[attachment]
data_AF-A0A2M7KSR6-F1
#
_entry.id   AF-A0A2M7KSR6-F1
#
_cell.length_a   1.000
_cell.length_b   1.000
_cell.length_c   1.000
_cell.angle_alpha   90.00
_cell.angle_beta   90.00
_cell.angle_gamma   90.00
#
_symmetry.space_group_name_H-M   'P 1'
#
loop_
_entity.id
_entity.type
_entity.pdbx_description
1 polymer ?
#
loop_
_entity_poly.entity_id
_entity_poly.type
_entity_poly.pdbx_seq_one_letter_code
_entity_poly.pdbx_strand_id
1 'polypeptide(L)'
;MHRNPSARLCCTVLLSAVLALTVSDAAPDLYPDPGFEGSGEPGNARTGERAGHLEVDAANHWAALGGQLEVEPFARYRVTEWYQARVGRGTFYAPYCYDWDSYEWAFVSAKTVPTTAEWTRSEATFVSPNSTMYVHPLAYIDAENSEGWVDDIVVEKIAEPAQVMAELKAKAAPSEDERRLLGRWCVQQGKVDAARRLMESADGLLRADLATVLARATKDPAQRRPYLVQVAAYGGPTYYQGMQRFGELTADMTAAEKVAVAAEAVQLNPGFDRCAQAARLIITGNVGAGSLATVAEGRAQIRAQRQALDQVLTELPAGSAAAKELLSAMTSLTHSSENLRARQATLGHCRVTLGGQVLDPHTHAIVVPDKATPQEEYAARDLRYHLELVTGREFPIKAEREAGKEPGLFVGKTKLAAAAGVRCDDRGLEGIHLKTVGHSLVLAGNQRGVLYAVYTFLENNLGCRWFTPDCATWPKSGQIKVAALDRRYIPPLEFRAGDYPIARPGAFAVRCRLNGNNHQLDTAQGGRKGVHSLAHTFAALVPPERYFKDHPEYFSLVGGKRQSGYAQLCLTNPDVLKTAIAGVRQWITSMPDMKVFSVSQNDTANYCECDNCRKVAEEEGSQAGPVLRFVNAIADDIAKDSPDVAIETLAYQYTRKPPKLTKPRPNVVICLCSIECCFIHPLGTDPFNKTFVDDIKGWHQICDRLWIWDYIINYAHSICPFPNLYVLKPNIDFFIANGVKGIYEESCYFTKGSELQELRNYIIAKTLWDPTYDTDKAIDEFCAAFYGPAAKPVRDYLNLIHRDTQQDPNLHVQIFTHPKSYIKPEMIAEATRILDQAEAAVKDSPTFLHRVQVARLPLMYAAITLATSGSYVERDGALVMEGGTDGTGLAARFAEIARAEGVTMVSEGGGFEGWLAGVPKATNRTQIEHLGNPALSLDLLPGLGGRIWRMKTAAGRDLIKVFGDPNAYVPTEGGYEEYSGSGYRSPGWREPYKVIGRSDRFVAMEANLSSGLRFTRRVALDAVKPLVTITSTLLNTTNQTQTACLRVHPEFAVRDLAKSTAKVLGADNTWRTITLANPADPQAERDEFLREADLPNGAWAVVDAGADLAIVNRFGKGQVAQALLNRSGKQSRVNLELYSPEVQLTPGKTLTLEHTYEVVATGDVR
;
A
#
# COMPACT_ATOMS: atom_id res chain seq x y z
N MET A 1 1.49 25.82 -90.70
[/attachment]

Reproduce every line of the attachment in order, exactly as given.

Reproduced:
data_AF-A0A2M7KSR6-F1
#
_entry.id   AF-A0A2M7KSR6-F1
#
_cell.length_a   1.000
_cell.length_b   1.000
_cell.length_c   1.000
_cell.angle_alpha   90.00
_cell.angle_beta   90.00
_cell.angle_gamma   90.00
#
_symmetry.space_group_name_H-M   'P 1'
#
loop_
_entity.id
_entity.type
_entity.pdbx_description
1 polymer ?
#
loop_
_entity_poly.entity_id
_entity_poly.type
_entity_poly.pdbx_seq_one_letter_code
_entity_poly.pdbx_strand_id
1 'polypeptide(L)'
;MHRNPSARLCCTVLLSAVLALTVSDAAPDLYPDPGFEGSGEPGNARTGERAGHLEVDAANHWAALGGQLEVEPFARYRVTEWYQARVGRGTFYAPYCYDWDSYEWAFVSAKTVPTTAEWTRSEATFVSPNSTMYVHPLAYIDAENSEGWVDDIVVEKIAEPAQVMAELKAKAAPSEDERRLLGRWCVQQGKVDAARRLMESADGLLRADLATVLARATKDPAQRRPYLVQVAAYGGPTYYQGMQRFGELTADMTAAEKVAVAAEAVQLNPGFDRCAQAARLIITGNVGAGSLATVAEGRAQIRAQRQALDQVLTELPAGSAAAKELLSAMTSLTHSSENLRARQATLGHCRVTLGGQVLDPHTHAIVVPDKATPQEEYAARDLRYHLELVTGREFPIKAEREAGKEPGLFVGKTKLAAAAGVRCDDRGLEGIHLKTVGHSLVLAGNQRGVLYAVYTFLENNLGCRWFTPDCATWPKSGQIKVAALDRRYIPPLEFRAGDYPIARPGAFAVRCRLNGNNHQLDTAQGGRKGVHSLAHTFAALVPPERYFKDHPEYFSLVGGKRQSGYAQLCLTNPDVLKTAIAGVRQWITSMPDMKVFSVSQNDTANYCECDNCRKVAEEEGSQAGPVLRFVNAIADDIAKDSPDVAIETLAYQYTRKPPKLTKPRPNVVICLCSIECCFIHPLGTDPFNKTFVDDIKGWHQICDRLWIWDYIINYAHSICPFPNLYVLKPNIDFFIANGVKGIYEESCYFTKGSELQELRNYIIAKTLWDPTYDTDKAIDEFCAAFYGPAAKPVRDYLNLIHRDTQQDPNLHVQIFTHPKSYIKPEMIAEATRILDQAEAAVKDSPTFLHRVQVARLPLMYAAITLATSGSYVERDGALVMEGGTDGTGLAARFAEIARAEGVTMVSEGGGFEGWLAGVPKATNRTQIEHLGNPALSLDLLPGLGGRIWRMKTAAGRDLIKVFGDPNAYVPTEGGYEEYSGSGYRSPGWREPYKVIGRSDRFVAMEANLSSGLRFTRRVALDAVKPLVTITSTLLNTTNQTQTACLRVHPEFAVRDLAKSTAKVLGADNTWRTITLANPADPQAERDEFLREADLPNGAWAVVDAGADLAIVNRFGKGQVAQALLNRSGKQSRVNLELYSPEVQLTPGKTLTLEHTYEVVATGDVR
;
A
#
# COMPACT_ATOMS: atom_id res chain seq x y z
N MET A 1 1.49 25.82 -90.70